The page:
Gravity Forms is on the verge of releasing one of its biggest core updates since the software first launched over three years ago. A great number of changes are occurring that will improve the flexibility of Gravity Forms, and hopefully, increase its usefulness for many people.
I have been awaiting this update for quite some time as I have been asked to hold off on doing too much work on tutorials and screencasts until it is launched. Primarily, I have been working on support the last few months, while also reviewing previous support cases, and reading documentation and making the odd tweak. My hope is that my role will continue to evolve as I take over documentation, tutorials, screencasts and marketing in the second quarter of this year.
I started working for rocketgenius in May of 2012, and am quickly approaching my first completed year with the company. In that time, I have written thousands of responses on our support forums, and over two thousand customers on our separate support system. Sometimes, I don’t really feel like I’m providing enough value to the company, as they did hire me at a point where they didn’t need any more staff to run effectively, but if you take all I have done just in the separate support system that includes metrics, and make some assumptions, then I think I’ve done alright, but I hope for an even better year in 2013.
More than half a million people are using Gravity Forms currently, and that number is growing by leaps and bounds every day. The amount of support work that was required when I first started was probably one third less than it is today, and I have no doubt that as sales continue to rise, we will need more support resources available to help keep our community happy.
There has also been an immense growth of third party add-ons for WordPress. When I search Gravity Forms on WordPress Plugins Extend, I see 95 listings. This number will probably increase over one hundred this year, and the quality and complexity of these add-ons is increasing as well.
Since I started, rocketgenius has also released a few add-ons for Gravity Forms with Picatcha, Polls and now the Quizzes add-on along with updating nearly all of our add-ons for new features, and new versions of WordPress and Gravity Forms.
One of my happy moments of the year was finally taking the time to write out the Notifications Troubleshooting Steps. About one third of all support inquiries can now be answered through one of two troubleshooting documents, our normal Plugin/Theme Conflict Troubleshooting steps or the Notification Troubleshooting steps.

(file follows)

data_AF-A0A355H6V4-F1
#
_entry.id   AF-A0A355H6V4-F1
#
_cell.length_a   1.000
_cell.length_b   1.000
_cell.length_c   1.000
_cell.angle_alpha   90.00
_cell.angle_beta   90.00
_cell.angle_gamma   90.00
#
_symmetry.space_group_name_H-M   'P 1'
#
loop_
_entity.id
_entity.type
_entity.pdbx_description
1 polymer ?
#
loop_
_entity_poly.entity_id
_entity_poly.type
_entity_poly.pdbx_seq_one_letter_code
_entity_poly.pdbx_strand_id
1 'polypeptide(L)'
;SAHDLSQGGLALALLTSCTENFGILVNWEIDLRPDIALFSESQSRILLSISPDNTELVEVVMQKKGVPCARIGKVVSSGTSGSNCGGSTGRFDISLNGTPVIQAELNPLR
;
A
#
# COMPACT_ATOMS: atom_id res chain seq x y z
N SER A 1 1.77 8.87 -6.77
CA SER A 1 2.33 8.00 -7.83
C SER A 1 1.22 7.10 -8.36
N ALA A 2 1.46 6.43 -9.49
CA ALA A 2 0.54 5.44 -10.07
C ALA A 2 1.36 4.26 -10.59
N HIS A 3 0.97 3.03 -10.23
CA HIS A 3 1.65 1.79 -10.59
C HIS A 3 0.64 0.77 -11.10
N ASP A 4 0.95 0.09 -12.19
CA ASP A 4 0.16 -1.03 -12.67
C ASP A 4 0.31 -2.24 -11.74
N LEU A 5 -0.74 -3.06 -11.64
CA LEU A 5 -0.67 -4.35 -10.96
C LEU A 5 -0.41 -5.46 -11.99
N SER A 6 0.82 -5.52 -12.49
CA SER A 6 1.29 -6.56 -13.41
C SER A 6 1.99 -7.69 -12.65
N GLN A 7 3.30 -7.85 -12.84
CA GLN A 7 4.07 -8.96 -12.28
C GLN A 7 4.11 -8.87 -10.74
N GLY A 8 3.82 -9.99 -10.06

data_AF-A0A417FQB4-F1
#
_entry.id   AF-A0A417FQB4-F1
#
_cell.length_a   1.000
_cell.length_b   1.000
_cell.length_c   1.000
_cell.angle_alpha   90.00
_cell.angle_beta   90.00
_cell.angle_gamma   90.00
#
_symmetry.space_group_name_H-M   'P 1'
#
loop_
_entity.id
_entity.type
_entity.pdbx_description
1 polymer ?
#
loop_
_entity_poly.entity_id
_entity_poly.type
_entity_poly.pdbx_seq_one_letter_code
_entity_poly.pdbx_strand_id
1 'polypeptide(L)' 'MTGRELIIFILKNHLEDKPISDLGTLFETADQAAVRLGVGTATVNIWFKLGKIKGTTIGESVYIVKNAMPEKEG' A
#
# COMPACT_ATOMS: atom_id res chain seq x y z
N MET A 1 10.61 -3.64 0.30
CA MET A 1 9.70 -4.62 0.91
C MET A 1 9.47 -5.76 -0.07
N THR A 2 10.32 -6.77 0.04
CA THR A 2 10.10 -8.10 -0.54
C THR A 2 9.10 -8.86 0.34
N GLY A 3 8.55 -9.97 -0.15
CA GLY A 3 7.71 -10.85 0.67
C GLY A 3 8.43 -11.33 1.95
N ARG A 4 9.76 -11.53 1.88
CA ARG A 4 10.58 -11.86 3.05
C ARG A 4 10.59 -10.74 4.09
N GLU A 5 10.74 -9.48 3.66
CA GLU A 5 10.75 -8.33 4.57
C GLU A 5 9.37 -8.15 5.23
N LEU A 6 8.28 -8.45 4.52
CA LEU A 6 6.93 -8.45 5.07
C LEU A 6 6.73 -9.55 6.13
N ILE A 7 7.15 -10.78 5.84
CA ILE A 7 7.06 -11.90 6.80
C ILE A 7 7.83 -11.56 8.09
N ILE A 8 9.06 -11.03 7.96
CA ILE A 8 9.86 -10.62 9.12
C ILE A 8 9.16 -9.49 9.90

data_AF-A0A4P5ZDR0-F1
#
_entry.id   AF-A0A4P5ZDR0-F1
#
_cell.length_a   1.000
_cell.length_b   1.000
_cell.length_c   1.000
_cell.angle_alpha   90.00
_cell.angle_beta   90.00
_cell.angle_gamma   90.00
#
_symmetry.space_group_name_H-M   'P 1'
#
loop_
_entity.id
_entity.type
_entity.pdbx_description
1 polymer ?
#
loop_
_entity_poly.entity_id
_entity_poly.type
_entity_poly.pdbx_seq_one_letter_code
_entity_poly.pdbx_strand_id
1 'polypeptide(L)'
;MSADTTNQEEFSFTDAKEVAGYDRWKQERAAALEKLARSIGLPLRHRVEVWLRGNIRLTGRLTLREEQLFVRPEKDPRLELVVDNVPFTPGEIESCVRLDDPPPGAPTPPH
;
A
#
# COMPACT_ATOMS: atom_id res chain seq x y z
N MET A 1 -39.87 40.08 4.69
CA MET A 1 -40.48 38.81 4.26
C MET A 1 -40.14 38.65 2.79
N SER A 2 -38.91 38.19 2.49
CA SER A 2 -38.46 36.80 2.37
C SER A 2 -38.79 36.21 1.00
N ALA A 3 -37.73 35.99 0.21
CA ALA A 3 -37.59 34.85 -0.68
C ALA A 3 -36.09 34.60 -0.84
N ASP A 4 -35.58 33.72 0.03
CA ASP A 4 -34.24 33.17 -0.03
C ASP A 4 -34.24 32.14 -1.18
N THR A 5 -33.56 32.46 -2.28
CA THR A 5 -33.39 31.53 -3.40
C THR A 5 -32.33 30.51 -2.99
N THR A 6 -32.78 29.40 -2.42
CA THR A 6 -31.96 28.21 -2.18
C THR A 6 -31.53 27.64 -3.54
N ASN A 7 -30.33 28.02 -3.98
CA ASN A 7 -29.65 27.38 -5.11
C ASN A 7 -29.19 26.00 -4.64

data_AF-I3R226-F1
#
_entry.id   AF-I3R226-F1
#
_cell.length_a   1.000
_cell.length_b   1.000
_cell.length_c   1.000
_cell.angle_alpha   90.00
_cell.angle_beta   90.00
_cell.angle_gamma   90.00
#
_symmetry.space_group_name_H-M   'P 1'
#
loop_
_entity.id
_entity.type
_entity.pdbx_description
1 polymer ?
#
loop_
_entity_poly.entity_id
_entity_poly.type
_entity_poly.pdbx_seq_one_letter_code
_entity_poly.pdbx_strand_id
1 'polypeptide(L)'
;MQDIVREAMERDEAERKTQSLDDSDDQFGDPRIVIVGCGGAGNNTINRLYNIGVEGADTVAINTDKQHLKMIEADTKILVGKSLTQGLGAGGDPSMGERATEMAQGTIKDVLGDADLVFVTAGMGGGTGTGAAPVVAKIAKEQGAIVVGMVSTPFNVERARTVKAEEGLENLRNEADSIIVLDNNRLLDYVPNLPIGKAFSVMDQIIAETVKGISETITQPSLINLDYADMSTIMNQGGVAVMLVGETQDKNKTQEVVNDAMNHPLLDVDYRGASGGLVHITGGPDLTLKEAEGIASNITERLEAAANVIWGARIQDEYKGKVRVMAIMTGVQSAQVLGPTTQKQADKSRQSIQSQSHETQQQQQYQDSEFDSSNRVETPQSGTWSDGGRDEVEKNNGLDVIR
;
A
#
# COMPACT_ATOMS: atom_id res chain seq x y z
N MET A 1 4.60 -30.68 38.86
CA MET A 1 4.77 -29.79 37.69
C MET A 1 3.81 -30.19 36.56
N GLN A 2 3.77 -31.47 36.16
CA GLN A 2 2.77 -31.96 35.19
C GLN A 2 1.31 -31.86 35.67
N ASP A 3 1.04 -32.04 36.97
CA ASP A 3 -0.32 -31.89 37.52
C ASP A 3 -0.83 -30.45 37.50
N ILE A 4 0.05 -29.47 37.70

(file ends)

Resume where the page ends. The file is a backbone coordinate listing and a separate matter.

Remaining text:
I’m excited about creating more documentation and walkthroughs this year that will hopefully continue to help more and more users, and allow the company not to hire more staff for a bit longer than they otherwise would have. Overhead is always important for a small business, and as much as staff are resources, it can also quickly change an agile business into a lumbering company. Which I don’t feel would be right for rocketgenius.
Things have been going really well at rocketgenius, and I can’t wait to see what the year ahead brings. There are a few add-ons on the horizon from the team, and some other updates that will definitely continue to excite the community.
I’m also very hopeful that this is the company I will be with for the long haul.
2 responses to “Gravity Forms / rocketgenius Update”
Love Gravity Forms. Just can’t wait for a more user-interface approach to a coupon and discount code system internal to Gravity Forms. Would also love for Gravity Forms to be able to natively replace the standard comments box.
The coupons add-on should come out in beta after 1.7 is released. It is pretty awesome.
I don’t think you’ll see Gravity Forms replace the WordPress commenting system. There are already so many commenting plugins, and Gravity Forms really isn’t a content display system, nor does the regular WordPress comment system have enough flexibility that we could hook into it like the WordPress post system.